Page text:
The clothes rack, dress form and sewing machine may indicate that the people who lived here did sewing “piece work” at home for clothing factories in the garment district that then assembled the pieces to become articles of clothing. This kind of work was also common in home apartments on the Lower East Side.

  3. Mykola Mick Dementiuk Says:

    Wouldn’t it be nice if more neighborhoods had wall markings showing their historical evolution through the years such as Little Italy, Chinatown, Hell’s Kitchen, etc. Well, it might become kitschy or too corny I suppose…

  4. Greg Says:

    Huh, to me that was already a beautiful building, with its cornice and brickwork. Not sure it needs the fake bay window and all those gimmicks.

    • Greg Says:

      I just noticed the avenue facade is brownstone while the side is (original) brickwork. That in itself is unusual and interesting enough.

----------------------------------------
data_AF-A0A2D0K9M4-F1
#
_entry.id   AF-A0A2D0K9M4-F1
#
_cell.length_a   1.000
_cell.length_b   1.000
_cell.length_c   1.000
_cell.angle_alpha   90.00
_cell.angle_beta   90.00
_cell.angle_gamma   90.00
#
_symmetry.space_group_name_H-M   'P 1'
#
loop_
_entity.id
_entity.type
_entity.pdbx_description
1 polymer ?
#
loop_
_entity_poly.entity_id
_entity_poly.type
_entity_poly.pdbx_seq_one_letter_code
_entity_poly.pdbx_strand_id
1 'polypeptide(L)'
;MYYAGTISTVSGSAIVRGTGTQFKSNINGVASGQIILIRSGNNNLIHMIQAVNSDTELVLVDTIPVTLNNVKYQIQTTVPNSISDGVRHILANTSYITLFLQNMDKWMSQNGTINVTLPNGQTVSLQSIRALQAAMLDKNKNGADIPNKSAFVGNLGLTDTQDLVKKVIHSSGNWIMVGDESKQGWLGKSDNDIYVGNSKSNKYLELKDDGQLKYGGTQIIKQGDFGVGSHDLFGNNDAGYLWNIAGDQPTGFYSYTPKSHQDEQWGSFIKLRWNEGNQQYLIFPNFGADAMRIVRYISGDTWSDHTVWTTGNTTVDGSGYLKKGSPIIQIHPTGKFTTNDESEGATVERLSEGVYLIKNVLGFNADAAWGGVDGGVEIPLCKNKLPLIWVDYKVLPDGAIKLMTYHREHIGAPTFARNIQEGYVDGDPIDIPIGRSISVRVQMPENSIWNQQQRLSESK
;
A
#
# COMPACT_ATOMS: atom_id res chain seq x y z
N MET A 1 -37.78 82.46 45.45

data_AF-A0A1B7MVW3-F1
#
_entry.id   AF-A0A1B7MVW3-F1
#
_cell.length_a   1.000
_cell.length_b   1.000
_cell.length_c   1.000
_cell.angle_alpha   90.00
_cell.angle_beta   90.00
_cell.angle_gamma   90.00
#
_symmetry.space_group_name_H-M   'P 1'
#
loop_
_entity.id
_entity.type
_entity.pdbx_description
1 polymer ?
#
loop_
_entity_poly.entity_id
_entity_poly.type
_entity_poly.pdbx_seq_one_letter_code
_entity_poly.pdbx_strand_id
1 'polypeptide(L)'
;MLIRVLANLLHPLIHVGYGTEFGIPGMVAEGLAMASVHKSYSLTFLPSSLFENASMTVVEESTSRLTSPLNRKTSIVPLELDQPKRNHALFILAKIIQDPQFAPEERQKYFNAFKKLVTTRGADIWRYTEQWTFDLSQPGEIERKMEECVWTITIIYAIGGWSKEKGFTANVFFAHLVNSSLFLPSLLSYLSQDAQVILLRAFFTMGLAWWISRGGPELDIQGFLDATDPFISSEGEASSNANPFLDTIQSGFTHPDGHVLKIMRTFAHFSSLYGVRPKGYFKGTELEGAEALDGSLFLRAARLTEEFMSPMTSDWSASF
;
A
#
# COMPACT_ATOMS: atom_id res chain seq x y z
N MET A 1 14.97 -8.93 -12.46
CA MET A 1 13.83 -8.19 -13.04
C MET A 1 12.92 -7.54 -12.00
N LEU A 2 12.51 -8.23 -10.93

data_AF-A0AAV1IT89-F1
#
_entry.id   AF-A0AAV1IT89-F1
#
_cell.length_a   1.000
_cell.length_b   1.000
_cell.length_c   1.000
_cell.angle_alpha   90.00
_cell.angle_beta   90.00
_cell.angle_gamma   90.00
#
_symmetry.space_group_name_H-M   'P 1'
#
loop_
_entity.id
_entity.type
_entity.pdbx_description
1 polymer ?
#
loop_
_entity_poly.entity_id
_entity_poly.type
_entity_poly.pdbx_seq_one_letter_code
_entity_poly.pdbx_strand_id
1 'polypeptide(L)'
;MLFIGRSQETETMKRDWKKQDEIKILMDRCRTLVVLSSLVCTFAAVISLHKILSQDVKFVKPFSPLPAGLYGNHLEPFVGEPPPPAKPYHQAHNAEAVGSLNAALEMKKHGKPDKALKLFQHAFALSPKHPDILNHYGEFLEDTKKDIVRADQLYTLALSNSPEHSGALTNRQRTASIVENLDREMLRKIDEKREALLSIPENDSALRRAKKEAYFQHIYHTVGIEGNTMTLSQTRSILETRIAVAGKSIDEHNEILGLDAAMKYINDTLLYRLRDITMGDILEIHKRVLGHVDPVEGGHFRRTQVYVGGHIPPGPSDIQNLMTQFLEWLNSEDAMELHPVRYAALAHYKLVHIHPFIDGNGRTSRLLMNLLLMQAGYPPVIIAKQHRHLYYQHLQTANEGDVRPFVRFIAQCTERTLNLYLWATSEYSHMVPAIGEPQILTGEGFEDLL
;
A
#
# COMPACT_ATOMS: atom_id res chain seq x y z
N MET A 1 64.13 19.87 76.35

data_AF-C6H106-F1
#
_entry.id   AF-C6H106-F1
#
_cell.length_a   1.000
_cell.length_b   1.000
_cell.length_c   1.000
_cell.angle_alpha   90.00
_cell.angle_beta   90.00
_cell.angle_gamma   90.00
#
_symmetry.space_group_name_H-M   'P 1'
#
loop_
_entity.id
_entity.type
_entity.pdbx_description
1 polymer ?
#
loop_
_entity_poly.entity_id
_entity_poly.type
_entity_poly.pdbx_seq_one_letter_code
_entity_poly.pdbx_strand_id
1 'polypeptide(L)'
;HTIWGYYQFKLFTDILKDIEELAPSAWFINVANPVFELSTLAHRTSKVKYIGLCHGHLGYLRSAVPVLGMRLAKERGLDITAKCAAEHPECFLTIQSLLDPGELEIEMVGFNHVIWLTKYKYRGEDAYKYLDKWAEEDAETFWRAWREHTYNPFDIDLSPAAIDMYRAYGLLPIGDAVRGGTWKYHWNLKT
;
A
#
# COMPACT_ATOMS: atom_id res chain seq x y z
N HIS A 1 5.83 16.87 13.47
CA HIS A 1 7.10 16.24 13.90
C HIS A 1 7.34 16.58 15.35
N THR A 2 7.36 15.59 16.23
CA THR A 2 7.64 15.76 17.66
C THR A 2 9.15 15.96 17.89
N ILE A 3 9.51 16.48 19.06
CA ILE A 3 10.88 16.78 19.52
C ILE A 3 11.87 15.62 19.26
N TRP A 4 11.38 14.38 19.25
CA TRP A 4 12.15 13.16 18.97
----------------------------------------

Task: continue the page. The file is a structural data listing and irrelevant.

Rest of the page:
• ephemeralnewyork Says:

        It is, and I agree, the building already qualified as beautiful. But the mural offers something visual and different, and the backstory is interesting.

  5. velovixen Says:

    At first glance, I thought I was looking at a mural of the Astrological Clock in Prague–which would have made sense, as Yorkville was, in addition a German enclave, possibly the only Czech community (along with Astoria) in NYC.

  6. velovixen Says:

    I hope nobody takes my previous comment as a “dis.” I like the mural and it’s a fitting homage. But from a few feet away, the shapes reminded me of the Astrological Clock.

    • ephemeralnewyork Says: